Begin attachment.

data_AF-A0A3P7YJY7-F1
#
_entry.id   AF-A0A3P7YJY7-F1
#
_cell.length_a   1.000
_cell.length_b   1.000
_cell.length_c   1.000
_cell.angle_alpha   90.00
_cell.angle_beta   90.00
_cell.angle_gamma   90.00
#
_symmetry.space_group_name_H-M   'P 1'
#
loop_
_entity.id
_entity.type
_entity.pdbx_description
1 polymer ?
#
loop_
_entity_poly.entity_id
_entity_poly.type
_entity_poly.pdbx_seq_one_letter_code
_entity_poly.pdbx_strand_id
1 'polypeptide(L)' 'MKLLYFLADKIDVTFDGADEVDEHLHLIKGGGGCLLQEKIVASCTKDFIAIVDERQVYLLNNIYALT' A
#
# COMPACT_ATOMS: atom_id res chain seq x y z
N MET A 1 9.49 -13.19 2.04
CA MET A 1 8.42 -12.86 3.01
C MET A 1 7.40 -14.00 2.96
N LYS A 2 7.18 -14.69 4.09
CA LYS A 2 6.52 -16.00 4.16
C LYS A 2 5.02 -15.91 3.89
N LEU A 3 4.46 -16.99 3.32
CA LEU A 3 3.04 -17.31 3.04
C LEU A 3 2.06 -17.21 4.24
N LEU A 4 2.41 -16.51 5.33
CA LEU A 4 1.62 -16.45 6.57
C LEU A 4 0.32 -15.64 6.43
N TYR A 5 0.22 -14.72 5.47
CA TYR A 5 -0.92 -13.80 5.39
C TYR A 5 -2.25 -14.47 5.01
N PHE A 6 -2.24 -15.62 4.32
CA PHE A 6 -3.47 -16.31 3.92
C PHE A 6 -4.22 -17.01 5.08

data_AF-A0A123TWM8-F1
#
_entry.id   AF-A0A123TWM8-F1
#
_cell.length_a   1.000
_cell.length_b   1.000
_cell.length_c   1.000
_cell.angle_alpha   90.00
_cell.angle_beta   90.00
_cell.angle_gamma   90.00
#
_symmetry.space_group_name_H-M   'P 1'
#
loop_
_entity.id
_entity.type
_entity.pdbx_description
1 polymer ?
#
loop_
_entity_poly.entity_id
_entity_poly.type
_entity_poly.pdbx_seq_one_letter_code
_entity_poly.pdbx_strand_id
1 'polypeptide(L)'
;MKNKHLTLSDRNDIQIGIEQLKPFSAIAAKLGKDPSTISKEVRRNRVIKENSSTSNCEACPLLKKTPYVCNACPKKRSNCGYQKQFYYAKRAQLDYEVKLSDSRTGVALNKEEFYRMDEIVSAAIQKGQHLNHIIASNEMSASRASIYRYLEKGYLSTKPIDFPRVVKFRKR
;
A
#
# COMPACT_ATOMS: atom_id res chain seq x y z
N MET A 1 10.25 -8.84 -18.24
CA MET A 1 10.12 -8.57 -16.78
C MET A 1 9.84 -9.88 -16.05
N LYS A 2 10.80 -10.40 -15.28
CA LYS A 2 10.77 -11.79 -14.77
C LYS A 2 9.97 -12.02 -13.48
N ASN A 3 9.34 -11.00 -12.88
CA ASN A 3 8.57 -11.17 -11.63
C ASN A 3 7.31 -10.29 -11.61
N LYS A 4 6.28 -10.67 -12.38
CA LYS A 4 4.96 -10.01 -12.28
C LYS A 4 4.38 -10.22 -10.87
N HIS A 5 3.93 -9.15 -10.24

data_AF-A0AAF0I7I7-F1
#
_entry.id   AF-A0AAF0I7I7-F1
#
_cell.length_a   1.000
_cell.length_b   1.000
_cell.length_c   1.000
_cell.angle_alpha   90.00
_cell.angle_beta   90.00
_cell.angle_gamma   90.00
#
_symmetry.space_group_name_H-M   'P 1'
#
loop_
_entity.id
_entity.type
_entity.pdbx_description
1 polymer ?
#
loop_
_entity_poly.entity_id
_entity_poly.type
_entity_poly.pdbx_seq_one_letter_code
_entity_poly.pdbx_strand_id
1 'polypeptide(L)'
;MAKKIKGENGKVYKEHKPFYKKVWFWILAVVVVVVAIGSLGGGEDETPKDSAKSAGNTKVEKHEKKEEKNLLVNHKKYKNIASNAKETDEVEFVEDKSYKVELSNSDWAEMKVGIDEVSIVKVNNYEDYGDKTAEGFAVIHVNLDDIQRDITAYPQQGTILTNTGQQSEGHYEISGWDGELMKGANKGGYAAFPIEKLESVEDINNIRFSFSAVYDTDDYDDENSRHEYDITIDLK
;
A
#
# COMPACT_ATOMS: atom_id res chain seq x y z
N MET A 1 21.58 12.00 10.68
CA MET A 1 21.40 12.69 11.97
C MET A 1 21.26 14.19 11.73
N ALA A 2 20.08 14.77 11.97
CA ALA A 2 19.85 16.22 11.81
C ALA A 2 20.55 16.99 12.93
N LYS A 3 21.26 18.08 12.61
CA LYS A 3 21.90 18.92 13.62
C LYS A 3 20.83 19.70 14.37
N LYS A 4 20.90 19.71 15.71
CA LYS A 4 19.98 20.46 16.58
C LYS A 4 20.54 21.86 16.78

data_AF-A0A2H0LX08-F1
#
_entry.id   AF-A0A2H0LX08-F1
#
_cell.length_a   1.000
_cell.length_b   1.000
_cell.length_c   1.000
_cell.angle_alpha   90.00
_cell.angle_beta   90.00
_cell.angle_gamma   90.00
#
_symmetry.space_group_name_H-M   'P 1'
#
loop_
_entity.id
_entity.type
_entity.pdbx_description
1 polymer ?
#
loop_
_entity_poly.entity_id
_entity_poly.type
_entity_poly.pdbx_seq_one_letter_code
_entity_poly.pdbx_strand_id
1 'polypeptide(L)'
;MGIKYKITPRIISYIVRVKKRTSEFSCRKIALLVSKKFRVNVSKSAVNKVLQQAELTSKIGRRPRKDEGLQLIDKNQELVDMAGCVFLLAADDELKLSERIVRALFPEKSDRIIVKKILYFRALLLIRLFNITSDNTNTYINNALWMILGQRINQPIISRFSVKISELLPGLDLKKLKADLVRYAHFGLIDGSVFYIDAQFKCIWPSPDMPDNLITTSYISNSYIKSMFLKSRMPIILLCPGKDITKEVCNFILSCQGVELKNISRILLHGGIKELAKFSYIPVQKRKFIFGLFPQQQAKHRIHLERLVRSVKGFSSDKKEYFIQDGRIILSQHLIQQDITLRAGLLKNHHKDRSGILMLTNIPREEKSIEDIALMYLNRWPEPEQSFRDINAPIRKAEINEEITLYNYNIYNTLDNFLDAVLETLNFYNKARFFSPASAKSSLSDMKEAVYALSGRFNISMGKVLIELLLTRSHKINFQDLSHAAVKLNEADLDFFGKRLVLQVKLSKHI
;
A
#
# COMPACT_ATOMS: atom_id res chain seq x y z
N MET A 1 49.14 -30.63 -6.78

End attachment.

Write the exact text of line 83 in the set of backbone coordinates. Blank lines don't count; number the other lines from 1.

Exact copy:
CA ASN A 3 8.57 -11.17 -11.63